July 20 (Reuters) – Energy-focused private equity firm Kimmeridge Energy Management Co LLC on Tuesday released a white paper criticizing the high salaries of executives at U.S. oil producers in a year that marked the one of the worst downturns in the industry.
The COVID-19 pandemic and a price war between oil giants Saudi Arabia and Russia last year have pushed crude prices to historic lows, exacerbating a more than six-year slowdown that has frustrated investors in the face of the weak yields.
Total compensation for CEOs of 27 U.S. oil producers fell 14% last year from 2019, but that was only a 1% drop from 2018 levels, the newspaper said. Stock prices are down 60% in 2020 compared to 2018.
The short-term incentive payout as a percentage of goal exceeded 100% for 7 of 27 companies examined, along with CNX Resources Corp (CNX.N), Range Resources Corp (RRC.N), EQT Corp (EQT.N) and APA Corp (APA.O), formerly Apache, tops the list.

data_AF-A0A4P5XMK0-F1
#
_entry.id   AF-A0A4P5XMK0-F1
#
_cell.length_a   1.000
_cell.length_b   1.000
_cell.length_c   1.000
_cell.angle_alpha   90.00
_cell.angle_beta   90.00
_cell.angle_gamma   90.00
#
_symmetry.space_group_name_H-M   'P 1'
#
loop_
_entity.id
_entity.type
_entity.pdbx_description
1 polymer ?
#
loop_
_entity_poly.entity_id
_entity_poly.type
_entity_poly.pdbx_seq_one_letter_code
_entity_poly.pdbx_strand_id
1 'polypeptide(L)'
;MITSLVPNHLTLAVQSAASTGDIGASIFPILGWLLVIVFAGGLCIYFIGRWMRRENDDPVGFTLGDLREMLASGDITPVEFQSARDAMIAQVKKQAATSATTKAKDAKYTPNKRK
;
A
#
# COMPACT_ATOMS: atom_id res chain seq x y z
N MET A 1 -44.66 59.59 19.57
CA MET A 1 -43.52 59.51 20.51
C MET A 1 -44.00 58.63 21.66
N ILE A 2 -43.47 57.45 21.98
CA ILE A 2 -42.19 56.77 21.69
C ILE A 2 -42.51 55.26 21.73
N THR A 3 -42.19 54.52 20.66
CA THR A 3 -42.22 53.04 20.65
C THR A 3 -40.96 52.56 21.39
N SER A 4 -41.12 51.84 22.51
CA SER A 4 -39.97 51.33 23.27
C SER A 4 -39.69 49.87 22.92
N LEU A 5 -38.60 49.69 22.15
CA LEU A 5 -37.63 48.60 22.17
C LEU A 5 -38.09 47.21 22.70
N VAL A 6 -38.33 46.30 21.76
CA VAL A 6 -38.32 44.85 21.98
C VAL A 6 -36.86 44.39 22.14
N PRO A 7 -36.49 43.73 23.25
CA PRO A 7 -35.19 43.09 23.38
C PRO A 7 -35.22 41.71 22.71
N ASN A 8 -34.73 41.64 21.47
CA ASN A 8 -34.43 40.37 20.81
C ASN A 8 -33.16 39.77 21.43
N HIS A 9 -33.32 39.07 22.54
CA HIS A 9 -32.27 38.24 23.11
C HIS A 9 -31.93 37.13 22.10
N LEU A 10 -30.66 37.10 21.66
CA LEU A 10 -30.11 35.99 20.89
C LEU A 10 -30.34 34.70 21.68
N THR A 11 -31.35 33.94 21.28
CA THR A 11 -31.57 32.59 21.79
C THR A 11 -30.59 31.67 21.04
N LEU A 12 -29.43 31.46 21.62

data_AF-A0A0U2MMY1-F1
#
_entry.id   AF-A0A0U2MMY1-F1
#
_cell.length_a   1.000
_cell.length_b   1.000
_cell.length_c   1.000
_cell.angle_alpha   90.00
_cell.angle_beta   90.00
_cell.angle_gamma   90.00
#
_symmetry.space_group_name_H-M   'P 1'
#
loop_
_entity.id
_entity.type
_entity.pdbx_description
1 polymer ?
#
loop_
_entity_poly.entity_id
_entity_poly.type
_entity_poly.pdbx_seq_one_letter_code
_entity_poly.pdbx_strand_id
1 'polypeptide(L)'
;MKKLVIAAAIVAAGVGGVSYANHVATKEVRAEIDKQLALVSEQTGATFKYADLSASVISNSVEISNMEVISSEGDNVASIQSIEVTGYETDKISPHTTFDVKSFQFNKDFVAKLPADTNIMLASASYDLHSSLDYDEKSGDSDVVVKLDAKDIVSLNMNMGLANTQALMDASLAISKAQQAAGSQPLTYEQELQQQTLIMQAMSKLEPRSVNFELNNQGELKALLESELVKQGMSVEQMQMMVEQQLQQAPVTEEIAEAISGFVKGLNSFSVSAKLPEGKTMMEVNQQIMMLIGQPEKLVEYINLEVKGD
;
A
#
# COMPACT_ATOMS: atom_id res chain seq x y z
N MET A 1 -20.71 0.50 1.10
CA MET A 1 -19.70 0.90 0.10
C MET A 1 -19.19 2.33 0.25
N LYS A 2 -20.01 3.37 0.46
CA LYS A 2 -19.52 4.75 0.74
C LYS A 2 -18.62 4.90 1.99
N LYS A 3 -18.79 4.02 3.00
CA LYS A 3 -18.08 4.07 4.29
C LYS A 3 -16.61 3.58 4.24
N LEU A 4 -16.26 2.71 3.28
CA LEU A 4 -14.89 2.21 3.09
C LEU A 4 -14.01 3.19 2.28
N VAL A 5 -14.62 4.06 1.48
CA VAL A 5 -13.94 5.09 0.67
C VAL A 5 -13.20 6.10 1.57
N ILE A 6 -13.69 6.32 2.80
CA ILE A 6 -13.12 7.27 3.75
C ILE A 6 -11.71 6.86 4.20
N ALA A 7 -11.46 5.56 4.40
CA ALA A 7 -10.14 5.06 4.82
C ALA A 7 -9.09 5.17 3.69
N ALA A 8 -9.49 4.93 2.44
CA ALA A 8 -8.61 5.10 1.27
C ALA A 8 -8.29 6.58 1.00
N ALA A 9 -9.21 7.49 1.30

The companies did not immediately respond to requests for comment.
Kimmeridge’s newspaper said that while annual bonuses in 2020 were paid below target, the median payout of 95% still seemed “unwarranted” high for a year while the median share price return was negative. by 36%.
Commodity prices should no longer serve as a key factor in rewarding executives, according to the newspaper, and Kimmeridge believes long-term incentives for the CEO should be entirely performance-based.
“Rising commodity prices may temporarily ease some of the pressure from investors on governance reform, but it’s important to remember that this is a highly cyclical industry destined to repeat the mistakes of the world. past if the underlying issues regarding alignment and accountability are not properly addressed. “
Kimmeridge earlier this year launched a proxy battle at Ovintiv Inc (OVV.N), formerly Encana, settling the fight for a seat on the oil and gas producer’s board of directors.
Reporting by Arathy S Nair in Bengaluru; Editing by Devika Syamnath
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